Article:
# Intepretation of a probabilistic classifier's result

I understand that a probabilistic classifier predicts the probability distribution $$P(C|X)$$. However I do not understand what $$P(C|X)$$ means.

Is it "$$P(C=c|x)$$ the probability of belonging to class $$c$$ given the input $$x \in X$$"? If so then what is the sample sample?

I have done some researches and the term "calibration" comes up and it says that "$$P(C=c|x) = p$$ means that the $$p$$ is the probability of being correct for all inputs with the same output $$p$$". Is this the definition of the prediction or calibration is just a "metric" we are measuring our prediction?

Below is the population distribution of throwing two dices and to illustrate how to calculate the conditional probability.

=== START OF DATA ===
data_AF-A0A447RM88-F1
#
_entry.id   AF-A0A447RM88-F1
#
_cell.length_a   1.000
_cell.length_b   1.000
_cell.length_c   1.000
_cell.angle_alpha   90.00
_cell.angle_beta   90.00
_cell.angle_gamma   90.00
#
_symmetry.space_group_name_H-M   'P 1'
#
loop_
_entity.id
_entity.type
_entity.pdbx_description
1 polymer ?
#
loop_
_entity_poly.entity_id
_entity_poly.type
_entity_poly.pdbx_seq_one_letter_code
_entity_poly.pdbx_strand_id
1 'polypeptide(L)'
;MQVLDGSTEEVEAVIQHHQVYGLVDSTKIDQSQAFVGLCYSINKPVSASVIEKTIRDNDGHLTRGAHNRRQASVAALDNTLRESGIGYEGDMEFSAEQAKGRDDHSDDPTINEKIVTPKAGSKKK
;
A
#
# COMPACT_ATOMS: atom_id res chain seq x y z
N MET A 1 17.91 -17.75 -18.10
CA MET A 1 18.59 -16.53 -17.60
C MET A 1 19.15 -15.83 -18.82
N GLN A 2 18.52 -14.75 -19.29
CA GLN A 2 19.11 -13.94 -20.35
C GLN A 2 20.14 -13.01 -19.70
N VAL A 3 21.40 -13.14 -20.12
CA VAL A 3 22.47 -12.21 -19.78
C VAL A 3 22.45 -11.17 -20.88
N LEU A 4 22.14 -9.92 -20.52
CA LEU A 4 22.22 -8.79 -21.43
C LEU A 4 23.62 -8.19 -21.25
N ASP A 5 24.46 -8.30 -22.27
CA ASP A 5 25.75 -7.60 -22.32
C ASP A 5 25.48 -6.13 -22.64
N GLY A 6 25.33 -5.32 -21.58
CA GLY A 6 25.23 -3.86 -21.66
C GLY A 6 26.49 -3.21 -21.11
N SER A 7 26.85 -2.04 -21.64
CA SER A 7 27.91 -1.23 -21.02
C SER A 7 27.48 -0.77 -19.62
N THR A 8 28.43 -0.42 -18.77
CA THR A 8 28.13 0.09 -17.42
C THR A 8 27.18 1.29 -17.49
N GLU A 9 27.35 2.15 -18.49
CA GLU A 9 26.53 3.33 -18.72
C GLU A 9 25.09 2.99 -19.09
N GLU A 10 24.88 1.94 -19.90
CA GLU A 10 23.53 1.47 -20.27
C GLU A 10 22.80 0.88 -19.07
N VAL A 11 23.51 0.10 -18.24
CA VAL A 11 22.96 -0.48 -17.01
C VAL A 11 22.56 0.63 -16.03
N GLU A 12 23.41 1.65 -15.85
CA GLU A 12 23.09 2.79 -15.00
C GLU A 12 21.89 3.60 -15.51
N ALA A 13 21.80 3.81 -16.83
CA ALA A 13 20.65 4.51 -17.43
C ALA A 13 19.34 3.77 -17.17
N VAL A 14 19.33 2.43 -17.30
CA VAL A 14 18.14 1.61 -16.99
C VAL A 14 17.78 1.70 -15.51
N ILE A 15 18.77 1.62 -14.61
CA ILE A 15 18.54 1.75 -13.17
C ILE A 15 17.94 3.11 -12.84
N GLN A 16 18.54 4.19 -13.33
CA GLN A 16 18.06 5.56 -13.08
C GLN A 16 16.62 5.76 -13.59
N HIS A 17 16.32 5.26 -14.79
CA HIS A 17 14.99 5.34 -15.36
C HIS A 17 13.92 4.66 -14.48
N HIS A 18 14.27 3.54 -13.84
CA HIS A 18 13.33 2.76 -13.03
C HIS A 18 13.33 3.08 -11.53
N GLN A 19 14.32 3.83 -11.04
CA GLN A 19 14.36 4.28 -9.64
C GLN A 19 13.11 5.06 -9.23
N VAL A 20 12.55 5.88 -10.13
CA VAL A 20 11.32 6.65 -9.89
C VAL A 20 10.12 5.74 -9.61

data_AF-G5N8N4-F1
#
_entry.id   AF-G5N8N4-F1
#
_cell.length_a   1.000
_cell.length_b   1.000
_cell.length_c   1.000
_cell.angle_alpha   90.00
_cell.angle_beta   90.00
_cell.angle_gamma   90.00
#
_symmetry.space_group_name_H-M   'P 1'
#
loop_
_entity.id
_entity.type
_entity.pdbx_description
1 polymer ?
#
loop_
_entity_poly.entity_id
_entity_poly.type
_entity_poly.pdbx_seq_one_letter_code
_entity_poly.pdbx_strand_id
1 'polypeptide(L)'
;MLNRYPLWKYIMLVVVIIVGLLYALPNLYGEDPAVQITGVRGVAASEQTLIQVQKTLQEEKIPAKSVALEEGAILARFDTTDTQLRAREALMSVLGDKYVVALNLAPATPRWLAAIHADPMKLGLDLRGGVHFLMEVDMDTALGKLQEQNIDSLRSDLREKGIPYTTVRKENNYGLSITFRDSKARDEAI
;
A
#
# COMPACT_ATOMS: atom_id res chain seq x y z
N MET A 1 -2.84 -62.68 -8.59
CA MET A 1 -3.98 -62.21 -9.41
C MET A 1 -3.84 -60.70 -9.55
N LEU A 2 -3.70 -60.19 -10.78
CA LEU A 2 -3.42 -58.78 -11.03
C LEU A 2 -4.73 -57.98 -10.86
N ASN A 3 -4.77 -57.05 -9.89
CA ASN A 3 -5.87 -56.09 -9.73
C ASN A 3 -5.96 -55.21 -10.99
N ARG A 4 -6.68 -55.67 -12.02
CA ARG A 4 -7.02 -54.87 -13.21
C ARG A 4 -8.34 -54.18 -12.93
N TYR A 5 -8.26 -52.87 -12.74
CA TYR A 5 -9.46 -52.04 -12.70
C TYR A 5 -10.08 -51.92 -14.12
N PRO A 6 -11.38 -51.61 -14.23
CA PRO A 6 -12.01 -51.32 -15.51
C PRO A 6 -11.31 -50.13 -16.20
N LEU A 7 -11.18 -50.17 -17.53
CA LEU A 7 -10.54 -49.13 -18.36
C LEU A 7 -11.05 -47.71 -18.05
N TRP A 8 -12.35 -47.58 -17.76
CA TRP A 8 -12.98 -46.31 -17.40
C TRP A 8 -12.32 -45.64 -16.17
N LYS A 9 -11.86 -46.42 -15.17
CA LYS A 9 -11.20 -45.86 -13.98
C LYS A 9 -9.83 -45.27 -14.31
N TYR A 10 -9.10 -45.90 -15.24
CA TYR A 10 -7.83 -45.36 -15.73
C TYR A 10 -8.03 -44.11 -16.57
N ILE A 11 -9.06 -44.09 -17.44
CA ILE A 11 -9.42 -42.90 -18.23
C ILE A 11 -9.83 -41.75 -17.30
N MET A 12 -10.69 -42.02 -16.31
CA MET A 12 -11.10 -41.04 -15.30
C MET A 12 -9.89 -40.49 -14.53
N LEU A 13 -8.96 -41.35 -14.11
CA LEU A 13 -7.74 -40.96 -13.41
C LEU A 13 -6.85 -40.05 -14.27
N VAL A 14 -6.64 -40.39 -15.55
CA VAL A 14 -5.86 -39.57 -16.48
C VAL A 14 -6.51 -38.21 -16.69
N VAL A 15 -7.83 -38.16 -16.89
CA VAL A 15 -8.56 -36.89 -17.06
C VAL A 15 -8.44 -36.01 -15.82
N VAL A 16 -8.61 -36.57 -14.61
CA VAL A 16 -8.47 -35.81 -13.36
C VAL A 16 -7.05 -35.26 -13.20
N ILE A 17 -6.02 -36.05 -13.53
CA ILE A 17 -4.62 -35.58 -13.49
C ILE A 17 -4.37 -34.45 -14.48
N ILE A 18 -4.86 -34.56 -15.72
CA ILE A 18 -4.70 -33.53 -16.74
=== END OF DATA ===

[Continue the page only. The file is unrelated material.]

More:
In terms of using conditional probability to measure the accuracy of prediction/classification. In other words, it can be called Calibration - refers to the agreement between observed outcomes and predictions:

Assuming you are building two models to recognize the pictures of dogs, Your testing data is 5000 pictures of dogs and cats.

P(predict from model 1 = dog| testing = dog) = 0.99

P(predict from model 1 = dog | testing = cat) = 0.88

P(predict from model 2 = dog | testing = dog) = 0.89

P(predict from model 2 = dog | testing = cat) = 0.10

So, model 1 is overfitted and we prefer model 2. It means the P(predict|testing) can be used to measure the accuracy of the model.